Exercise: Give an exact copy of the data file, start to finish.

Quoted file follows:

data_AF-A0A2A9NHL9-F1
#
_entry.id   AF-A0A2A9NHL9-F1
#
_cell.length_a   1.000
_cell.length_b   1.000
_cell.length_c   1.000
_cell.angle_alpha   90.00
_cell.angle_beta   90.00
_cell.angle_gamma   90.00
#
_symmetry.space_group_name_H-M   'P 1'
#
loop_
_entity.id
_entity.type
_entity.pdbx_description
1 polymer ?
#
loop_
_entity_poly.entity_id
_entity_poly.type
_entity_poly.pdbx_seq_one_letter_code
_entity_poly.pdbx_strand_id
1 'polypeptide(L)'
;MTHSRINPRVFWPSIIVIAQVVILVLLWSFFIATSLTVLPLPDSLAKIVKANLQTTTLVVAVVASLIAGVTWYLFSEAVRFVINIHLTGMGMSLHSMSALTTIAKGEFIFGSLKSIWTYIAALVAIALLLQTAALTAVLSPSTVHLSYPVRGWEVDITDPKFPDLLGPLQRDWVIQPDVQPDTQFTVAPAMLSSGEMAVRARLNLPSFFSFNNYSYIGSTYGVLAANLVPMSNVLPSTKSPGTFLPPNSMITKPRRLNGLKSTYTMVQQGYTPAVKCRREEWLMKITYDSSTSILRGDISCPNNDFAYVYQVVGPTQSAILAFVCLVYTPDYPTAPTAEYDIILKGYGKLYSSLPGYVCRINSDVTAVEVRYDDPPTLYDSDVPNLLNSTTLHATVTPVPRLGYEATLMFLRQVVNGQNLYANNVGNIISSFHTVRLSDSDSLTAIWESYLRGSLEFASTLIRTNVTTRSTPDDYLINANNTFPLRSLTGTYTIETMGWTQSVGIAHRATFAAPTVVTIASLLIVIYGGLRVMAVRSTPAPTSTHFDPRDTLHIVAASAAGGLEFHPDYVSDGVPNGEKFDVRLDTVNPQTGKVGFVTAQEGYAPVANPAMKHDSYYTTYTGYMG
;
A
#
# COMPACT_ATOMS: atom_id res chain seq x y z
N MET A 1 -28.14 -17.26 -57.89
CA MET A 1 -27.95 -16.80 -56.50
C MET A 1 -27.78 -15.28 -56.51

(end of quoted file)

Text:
data_AF-A0A2A9NHL9-F1
#
_entry.id   AF-A0A2A9NHL9-F1
#
_cell.length_a   1.000
_cell.length_b   1.000
_cell.length_c   1.000
_cell.angle_alpha   90.00
_cell.angle_beta   90.00
_cell.angle_gamma   90.00
#
_symmetry.space_group_name_H-M   'P 1'
#
loop_
_entity.id
_entity.type
_entity.pdbx_description
1 polymer ?
#
loop_
_entity_poly.entity_id
_entity_poly.type
_entity_poly.pdbx_seq_one_letter_code
_entity_poly.pdbx_strand_id
1 'polypeptide(L)'
;MTHSRINPRVFWPSIIVIAQVVILVLLWSFFIATSLTVLPLPDSLAKIVKANLQTTTLVVAVVASLIAGVTWYLFSEAVRFVINIHLTGMGMSLHSMSALTTIAKGEFIFGSLKSIWTYIAALVAIALLLQTAALTAVLSPSTVHLSYPVRGWEVDITDPKFPDLLGPLQRDWVIQPDVQPDTQFTVAPAMLSSGEMAVRARLNLPSFFSFNNYSYIGSTYGVLAANLVPMSNVLPSTKSPGTFLPPNSMITKPRRLNGLKSTYTMVQQGYTPAVKCRREEWLMKITYDSSTSILRGDISCPNNDFAYVYQVVGPTQSAILAFVCLVYTPDYPTAPTAEYDIILKGYGKLYSSLPGYVCRINSDVTAVEVRYDDPPTLYDSDVPNLLNSTTLHATVTPVPRLGYEATLMFLRQVVNGQNLYANNVGNIISSFHTVRLSDSDSLTAIWESYLRGSLEFASTLIRTNVTTRSTPDDYLINANNTFPLRSLTGTYTIETMGWTQSVGIAHRATFAAPTVVTIASLLIVIYGGLRVMAVRSTPAPTSTHFDPRDTLHIVAASAAGGLEFHPDYVSDGVPNGEKFDVRLDTVNPQTGKVGFVTAQEGYAPVANPAMKHDSYYTTYTGYMG
;
A
#
# COMPACT_ATOMS: atom_id res chain seq x y z
N MET A 1 -28.14 -17.26 -57.89
CA MET A 1 -27.95 -16.80 -56.50
C MET A 1 -27.78 -15.28 -56.51